People with hemophilia are either missing or have very little clotting factor, a protein that helps clot the blood. As a result, they can experience excessive bleeding (external or internal) after injuries, severe bruising, joint problems, etc. Hemophilia is often inherited, but some people are born with it due to a spontaneous gene mutation. Very rarely, it can be acquired later in life if the body develops antibodies that attack the clotting factor proteins.
Encephalitis is inflammation of the brain.
Encephalitis occurs when there is inflammation or irritation of the brain. It's a rare condition usually caused by a bacterial or viral infection, but in some cases, it's caused by an immune system disorder.
Lamivudine is not an antibiotic.
While the rest of the drugs listed above are all used to treat bacterial infections, Lamivudine is an antiviral drug used along with other medications to treat HIV. It's also used to control hepatitis B before it causes irreversible liver damage or failure. However, it does not cure HIV or hepatitis B.
A nephrologist deals with the kidneys.
Nephrologists are doctors who specialize in nephrology, a sub-specialty of internal medicine that focuses on the kidneys and kidney diseases. These specialists also oversee dialysis in patients with (kidney) failure from diabetes or hypertension, and sometimes facilitate kidney transplants.
HGH is produced by the pituitary gland.
Human growth hormone (also called somatotropin) spurs growth during childhood and adolescence, and helps maintain tissues, organs, and body composition throughout adulthood. It's secreted by the pituitary gland, a pea-sized gland situated at the base of the brain, below the hypothalamus.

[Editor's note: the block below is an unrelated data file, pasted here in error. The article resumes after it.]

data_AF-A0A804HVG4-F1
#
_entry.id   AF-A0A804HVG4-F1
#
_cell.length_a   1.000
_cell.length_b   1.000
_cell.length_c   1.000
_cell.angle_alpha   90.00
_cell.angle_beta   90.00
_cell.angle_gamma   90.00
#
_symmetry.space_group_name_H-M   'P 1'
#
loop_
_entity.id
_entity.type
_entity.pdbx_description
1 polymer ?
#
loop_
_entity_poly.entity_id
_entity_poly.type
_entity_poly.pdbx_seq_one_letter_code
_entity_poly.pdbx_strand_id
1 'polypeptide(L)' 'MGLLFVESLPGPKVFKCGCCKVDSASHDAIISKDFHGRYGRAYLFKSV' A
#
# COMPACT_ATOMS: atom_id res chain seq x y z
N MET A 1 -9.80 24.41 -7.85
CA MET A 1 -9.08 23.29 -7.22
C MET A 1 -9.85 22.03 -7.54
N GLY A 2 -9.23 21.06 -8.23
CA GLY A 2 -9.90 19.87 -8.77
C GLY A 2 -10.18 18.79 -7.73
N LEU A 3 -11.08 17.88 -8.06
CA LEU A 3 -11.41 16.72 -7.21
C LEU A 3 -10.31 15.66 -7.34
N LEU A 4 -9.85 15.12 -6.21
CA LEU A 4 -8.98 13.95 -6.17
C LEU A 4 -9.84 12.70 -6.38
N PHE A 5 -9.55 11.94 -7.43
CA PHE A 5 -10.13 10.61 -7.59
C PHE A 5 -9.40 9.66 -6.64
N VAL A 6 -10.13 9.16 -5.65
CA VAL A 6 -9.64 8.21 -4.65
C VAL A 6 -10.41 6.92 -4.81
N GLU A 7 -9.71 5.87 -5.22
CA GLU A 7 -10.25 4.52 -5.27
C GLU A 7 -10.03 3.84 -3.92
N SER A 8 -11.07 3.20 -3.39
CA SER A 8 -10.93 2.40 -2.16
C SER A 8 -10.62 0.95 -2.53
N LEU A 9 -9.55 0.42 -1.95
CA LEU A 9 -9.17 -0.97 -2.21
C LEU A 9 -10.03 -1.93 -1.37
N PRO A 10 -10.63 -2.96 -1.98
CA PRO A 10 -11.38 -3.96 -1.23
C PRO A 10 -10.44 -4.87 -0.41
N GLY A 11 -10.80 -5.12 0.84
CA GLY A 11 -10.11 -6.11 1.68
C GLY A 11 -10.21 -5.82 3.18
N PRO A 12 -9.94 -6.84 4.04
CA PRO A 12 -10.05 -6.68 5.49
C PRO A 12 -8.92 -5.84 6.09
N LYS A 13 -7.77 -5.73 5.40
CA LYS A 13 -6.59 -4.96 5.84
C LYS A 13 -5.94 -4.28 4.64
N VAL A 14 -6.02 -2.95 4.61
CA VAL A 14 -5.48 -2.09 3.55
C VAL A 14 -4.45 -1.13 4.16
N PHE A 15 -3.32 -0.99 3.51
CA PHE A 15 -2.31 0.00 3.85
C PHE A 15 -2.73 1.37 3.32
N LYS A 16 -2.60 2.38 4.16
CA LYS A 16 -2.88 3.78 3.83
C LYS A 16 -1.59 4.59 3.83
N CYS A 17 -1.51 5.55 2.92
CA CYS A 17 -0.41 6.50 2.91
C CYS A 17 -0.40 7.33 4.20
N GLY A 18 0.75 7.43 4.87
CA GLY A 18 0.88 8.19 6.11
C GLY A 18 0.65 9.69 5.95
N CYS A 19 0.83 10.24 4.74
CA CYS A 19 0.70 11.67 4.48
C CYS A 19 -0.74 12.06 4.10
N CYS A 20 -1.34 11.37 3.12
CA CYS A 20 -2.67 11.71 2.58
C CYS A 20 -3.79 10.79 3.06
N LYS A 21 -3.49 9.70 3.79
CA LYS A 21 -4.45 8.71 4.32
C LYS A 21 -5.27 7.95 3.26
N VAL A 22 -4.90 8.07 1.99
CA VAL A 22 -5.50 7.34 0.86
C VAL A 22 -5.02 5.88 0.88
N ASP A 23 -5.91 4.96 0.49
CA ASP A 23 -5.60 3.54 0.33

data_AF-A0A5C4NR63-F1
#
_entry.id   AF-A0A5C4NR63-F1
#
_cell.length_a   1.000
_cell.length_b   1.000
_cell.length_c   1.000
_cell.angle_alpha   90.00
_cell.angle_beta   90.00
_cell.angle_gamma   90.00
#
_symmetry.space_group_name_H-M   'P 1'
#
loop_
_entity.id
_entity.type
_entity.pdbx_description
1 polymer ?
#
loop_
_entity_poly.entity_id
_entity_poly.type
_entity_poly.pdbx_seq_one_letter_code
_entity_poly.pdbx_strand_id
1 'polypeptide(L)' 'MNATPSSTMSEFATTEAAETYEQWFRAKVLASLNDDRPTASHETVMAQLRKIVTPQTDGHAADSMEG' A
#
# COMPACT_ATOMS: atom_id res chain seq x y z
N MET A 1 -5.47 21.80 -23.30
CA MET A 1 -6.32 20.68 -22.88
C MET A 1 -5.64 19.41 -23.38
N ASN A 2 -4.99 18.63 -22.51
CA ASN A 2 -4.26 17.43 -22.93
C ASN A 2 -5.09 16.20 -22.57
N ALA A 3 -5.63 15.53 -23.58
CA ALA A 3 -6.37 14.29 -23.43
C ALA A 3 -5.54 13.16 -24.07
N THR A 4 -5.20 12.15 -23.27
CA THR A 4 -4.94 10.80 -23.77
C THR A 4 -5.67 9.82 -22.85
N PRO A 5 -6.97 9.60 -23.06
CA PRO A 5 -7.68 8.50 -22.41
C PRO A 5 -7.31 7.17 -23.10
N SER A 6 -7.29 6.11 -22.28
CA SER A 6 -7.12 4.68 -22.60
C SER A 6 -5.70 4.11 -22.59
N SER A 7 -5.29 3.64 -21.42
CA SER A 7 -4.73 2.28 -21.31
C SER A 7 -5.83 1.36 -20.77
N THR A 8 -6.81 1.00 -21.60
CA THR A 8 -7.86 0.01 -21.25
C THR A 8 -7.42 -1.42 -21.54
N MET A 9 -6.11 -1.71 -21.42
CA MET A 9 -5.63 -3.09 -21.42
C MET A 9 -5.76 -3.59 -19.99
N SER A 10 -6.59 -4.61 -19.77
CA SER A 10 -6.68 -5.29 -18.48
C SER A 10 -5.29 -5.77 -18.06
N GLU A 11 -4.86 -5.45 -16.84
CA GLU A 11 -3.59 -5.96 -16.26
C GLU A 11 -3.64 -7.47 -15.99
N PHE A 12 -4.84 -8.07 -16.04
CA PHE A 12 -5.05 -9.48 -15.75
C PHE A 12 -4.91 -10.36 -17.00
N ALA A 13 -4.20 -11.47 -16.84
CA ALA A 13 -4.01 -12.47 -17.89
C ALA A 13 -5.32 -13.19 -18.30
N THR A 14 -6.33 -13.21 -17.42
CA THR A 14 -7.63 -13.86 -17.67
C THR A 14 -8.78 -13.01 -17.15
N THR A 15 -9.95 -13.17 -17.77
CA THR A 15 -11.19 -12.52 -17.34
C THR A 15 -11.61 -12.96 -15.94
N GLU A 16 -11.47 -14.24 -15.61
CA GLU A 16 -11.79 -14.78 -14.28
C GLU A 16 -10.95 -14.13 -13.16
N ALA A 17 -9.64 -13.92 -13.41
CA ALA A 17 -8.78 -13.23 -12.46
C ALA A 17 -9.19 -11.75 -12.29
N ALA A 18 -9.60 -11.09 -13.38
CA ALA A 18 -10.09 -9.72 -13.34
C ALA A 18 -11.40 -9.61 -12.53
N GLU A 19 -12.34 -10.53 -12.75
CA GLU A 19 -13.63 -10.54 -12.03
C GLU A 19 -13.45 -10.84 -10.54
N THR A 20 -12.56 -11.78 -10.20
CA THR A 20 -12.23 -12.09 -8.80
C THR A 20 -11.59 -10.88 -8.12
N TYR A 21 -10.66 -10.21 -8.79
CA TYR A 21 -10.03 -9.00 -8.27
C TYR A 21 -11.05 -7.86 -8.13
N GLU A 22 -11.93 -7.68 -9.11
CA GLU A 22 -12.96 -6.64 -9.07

The DTaP vaccine prevents diphtheria, tetanus, and pertussis.
DTaP is a safe, effective vaccine that's given as a single shot to children to prevent diphtheria, tetanus, and pertussis. Diphtheria is a serious throat and nose infection that can cause breathing problems or death. Tetanus is an infection that causes painful muscle tightening, which can lead to lockjaw or death. Pertussis, or whooping cough, is a severe coughing spell that can result in pneumonia and death.
Damage to Broca's area can cause problems with speech production.
Broca's area mediates the production and control of speech. Aphasia (damage) to Broca's area can make it difficult for people to speak and form sentences, even if they know what they want to say and understand words.
Hepatitis A affects the liver.
Hepatitis A is a contagious liver disease caused by the hepatitis A virus (HAV), which is usually spread from person-to-person or through contaminated food or water. It can cause mild to severe illness with symptoms like fever, diarrhea, abdominal pain, and jaundice. Most people recover with lifelong immunity. However, some people can develop acute liver failure, which is often fatal.
Smallpox has been eradicated.
In 1980, smallpox was officially declared eradicated, which refers to the complete and permanent reduction of the disease to zero cases worldwide. Polio has been eliminated from many countries due to successful vaccination programs but there are still numerous cases in some parts of the world. And the bubonic plague and leprosy may sound antiquated but they still infect people each year.
Caroline Kee is a health reporter for BuzzFeed News and is based in New York.
Contact Caroline Kee at email@example.com.